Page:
Anyone in need of a moment's release from our collective recession depression should check out of this piece in today's Telegraph, which previews some revolutionary new consumer technologies on the horizon.

The piece summarizes the recent predictions of British 'futurologist' Ian Pearson who envisions, within the next decade, contact lenses equipped with full multimedia capabilities (think, an iPod for the eye).  Further, Pearson foresees a new area of deep, emotional interactivity with our media forms, as new digital receptors implanted in the brain allow us to receive emotional stimuli from movies, tv shows and other media, allowing us to feel the rush of a James Bond car choice or the elation of a Pittsburgh SuperBowl as if we were 007 himself, or Ben Roethlisberger.

I always find a measure of comfort in these visionary stories of technological newfangledness.  It's not so much that any given idea will lead directly to a great leap forward for society (emoting with your TV would seem to contribute to less not more productivity).  Rather, the mere fact that there is still a steady of supplies of these ideas suggests that big thinking is still alive and well and that, with the bad ideas, will too come the good and even great.  The great ideas, of course, make all the difference.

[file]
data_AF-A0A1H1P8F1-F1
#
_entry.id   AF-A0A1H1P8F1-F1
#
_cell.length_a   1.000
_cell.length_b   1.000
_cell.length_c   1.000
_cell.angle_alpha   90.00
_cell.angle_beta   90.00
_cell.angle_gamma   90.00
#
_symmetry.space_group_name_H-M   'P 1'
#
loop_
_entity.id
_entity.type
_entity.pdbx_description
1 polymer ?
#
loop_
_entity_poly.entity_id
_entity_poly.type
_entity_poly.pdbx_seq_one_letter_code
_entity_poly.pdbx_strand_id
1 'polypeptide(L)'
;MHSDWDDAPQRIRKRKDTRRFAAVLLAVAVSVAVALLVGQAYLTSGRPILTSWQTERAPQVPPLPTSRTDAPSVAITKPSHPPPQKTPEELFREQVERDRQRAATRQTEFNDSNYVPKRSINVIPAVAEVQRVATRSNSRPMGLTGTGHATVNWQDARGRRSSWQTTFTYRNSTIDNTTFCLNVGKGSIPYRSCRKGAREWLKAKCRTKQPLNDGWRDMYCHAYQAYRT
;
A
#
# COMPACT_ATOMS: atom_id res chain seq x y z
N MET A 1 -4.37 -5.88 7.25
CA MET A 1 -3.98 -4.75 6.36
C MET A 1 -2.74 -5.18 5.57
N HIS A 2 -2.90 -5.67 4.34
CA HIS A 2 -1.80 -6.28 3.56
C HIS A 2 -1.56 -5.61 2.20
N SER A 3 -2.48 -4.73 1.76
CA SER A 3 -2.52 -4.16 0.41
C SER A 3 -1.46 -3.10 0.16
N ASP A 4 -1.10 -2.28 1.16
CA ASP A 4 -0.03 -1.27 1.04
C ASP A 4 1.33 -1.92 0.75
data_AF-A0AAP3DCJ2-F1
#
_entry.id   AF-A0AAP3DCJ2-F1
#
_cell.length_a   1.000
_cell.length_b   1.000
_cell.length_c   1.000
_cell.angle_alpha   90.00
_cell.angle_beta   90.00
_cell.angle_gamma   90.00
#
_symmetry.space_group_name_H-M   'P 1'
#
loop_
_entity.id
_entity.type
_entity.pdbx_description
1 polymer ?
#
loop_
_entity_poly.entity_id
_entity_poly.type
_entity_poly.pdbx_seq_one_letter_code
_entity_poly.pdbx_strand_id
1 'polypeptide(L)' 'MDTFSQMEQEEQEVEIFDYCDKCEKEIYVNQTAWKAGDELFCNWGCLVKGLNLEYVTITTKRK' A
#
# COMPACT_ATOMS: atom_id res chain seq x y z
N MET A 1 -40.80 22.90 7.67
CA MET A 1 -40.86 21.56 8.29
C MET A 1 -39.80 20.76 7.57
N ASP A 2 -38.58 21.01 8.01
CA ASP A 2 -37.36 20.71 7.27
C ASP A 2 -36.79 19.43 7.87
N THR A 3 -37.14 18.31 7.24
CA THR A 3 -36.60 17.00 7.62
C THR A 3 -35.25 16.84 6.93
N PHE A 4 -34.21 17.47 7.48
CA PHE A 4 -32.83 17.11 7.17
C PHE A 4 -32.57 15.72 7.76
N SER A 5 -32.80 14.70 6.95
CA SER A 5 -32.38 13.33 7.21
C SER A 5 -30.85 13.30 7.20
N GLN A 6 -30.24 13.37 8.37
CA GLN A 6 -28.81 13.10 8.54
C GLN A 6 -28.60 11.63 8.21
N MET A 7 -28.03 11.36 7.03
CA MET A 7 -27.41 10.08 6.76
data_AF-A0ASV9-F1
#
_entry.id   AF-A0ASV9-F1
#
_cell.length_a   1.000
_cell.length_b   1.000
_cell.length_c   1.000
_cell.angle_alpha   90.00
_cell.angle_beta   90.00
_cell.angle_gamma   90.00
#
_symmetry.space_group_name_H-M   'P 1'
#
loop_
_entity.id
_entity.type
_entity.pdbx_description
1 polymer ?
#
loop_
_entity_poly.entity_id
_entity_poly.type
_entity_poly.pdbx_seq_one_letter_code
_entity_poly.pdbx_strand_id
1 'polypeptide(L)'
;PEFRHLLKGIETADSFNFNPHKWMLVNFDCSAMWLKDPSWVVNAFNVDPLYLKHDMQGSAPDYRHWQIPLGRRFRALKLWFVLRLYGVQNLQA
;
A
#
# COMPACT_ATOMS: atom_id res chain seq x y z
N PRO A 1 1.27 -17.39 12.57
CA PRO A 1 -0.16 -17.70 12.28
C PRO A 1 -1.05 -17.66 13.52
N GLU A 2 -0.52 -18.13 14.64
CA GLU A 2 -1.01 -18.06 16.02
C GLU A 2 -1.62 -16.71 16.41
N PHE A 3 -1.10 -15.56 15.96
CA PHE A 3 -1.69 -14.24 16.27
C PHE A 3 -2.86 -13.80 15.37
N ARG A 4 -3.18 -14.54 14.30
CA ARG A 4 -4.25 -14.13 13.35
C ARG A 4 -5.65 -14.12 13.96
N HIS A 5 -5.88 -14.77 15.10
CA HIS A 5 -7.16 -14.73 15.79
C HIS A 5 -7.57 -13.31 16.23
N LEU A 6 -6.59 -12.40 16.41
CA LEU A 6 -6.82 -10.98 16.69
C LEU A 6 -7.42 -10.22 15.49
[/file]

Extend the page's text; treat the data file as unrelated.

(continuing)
Not to wrap this post up on too cheerful or tidy a note, it's also worth considering how these visions of the future might help us better understand where we've fallen short.  No less a visionary than VC wunderkind, hedge fund titan and Big Think investor, Peter Thiel, suggested that we might use our past visions of the future, yet unrealized, as a measure of missed opportuntities driven by misguided policies and behaviors.  In this clip from Big Think's economic forum "Beyond the Crisis", Thiel paints the biggest of pictures, drawing lines between technological dreams deferred and the meltdown of the global economy.